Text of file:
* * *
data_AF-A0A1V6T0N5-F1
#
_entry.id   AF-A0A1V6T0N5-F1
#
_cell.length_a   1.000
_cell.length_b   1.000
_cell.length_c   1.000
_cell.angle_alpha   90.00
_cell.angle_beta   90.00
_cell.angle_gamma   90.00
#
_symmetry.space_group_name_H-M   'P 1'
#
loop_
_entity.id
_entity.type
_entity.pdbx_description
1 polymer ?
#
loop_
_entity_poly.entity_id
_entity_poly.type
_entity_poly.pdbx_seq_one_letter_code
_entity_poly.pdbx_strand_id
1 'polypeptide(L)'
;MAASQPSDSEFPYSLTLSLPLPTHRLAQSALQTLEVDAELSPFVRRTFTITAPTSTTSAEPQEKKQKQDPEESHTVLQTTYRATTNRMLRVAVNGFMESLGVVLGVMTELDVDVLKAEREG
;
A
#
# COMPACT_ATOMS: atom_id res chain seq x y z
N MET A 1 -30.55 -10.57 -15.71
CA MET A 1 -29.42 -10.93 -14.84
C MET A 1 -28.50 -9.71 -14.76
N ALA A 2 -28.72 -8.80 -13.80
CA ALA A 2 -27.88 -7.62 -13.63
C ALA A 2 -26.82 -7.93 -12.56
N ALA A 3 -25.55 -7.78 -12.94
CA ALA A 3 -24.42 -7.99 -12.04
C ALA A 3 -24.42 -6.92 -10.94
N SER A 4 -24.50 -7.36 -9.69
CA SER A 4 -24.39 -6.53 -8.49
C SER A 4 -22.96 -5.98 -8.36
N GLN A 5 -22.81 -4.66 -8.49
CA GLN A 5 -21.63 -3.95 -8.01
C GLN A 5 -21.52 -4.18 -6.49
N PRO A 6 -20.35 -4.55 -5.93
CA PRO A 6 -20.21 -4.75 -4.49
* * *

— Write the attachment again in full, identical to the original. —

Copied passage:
data_AF-A0A1V6T0N5-F1
#
_entry.id   AF-A0A1V6T0N5-F1
#
_cell.length_a   1.000
_cell.length_b   1.000
_cell.length_c   1.000
_cell.angle_alpha   90.00
_cell.angle_beta   90.00
_cell.angle_gamma   90.00
#
_symmetry.space_group_name_H-M   'P 1'
#
loop_
_entity.id
_entity.type
_entity.pdbx_description
1 polymer ?
#
loop_
_entity_poly.entity_id
_entity_poly.type
_entity_poly.pdbx_seq_one_letter_code
_entity_poly.pdbx_strand_id
1 'polypeptide(L)'
;MAASQPSDSEFPYSLTLSLPLPTHRLAQSALQTLEVDAELSPFVRRTFTITAPTSTTSAEPQEKKQKQDPEESHTVLQTTYRATTNRMLRVAVNGFMESLGVVLGVMTELDVDVLKAEREG
;
A
#
# COMPACT_ATOMS: atom_id res chain seq x y z
N MET A 1 -30.55 -10.57 -15.71
CA MET A 1 -29.42 -10.93 -14.84
C MET A 1 -28.50 -9.71 -14.76
N ALA A 2 -28.72 -8.80 -13.80
CA ALA A 2 -27.88 -7.62 -13.63
C ALA A 2 -26.82 -7.93 -12.56
N ALA A 3 -25.55 -7.78 -12.94
CA ALA A 3 -24.42 -7.99 -12.04
C ALA A 3 -24.42 -6.92 -10.94
N SER A 4 -24.50 -7.36 -9.69
CA SER A 4 -24.39 -6.53 -8.49
C SER A 4 -22.96 -5.98 -8.36
N GLN A 5 -22.81 -4.66 -8.49
CA GLN A 5 -21.63 -3.95 -8.01
C GLN A 5 -21.52 -4.18 -6.49
N PRO A 6 -20.35 -4.55 -5.93
CA PRO A 6 -20.21 -4.75 -4.49